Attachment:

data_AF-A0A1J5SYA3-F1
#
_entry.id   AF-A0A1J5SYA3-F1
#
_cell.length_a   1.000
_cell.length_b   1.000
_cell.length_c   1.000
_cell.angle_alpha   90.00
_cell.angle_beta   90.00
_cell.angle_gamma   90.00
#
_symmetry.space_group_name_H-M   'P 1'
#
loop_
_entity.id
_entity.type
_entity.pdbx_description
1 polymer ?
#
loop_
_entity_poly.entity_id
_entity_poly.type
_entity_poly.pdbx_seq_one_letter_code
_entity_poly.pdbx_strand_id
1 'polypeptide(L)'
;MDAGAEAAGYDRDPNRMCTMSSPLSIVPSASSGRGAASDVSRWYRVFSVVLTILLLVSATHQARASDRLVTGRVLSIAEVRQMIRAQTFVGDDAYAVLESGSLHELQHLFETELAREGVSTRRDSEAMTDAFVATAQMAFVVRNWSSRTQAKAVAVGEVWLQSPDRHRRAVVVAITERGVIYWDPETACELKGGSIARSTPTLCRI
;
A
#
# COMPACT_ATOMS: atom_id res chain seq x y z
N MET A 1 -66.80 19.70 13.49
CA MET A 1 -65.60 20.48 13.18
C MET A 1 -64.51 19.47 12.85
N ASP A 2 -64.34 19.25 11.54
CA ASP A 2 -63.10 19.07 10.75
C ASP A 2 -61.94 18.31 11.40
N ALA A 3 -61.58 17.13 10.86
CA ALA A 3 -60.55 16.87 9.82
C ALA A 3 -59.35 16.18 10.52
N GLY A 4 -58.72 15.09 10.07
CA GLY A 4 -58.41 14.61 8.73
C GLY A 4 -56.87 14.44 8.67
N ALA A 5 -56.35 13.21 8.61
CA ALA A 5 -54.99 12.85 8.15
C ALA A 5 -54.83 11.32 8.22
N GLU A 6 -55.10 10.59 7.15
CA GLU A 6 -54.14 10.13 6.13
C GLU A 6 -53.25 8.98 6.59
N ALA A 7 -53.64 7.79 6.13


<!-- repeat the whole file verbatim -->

data_AF-A0A1J5SYA3-F1
#
_entry.id   AF-A0A1J5SYA3-F1
#
_cell.length_a   1.000
_cell.length_b   1.000
_cell.length_c   1.000
_cell.angle_alpha   90.00
_cell.angle_beta   90.00
_cell.angle_gamma   90.00
#
_symmetry.space_group_name_H-M   'P 1'
#
loop_
_entity.id
_entity.type
_entity.pdbx_description
1 polymer ?
#
loop_
_entity_poly.entity_id
_entity_poly.type
_entity_poly.pdbx_seq_one_letter_code
_entity_poly.pdbx_strand_id
1 'polypeptide(L)'
;MDAGAEAAGYDRDPNRMCTMSSPLSIVPSASSGRGAASDVSRWYRVFSVVLTILLLVSATHQARASDRLVTGRVLSIAEVRQMIRAQTFVGDDAYAVLESGSLHELQHLFETELAREGVSTRRDSEAMTDAFVATAQMAFVVRNWSSRTQAKAVAVGEVWLQSPDRHRRAVVVAITERGVIYWDPETACELKGGSIARSTPTLCRI
;
A
#
# COMPACT_ATOMS: atom_id res chain seq x y z
N MET A 1 -66.80 19.70 13.49
CA MET A 1 -65.60 20.48 13.18
C MET A 1 -64.51 19.47 12.85
N ASP A 2 -64.34 19.25 11.54
CA ASP A 2 -63.10 19.07 10.75
C ASP A 2 -61.94 18.31 11.40
N ALA A 3 -61.58 17.13 10.86
CA ALA A 3 -60.55 16.87 9.82
C ALA A 3 -59.35 16.18 10.52
N GLY A 4 -58.72 15.09 10.07
CA GLY A 4 -58.41 14.61 8.73
C GLY A 4 -56.87 14.44 8.67
N ALA A 5 -56.35 13.21 8.61
CA ALA A 5 -54.99 12.85 8.15
C ALA A 5 -54.83 11.32 8.22
N GLU A 6 -55.10 10.59 7.15
CA GLU A 6 -54.14 10.13 6.13
C GLU A 6 -53.25 8.98 6.59
N ALA A 7 -53.64 7.79 6.13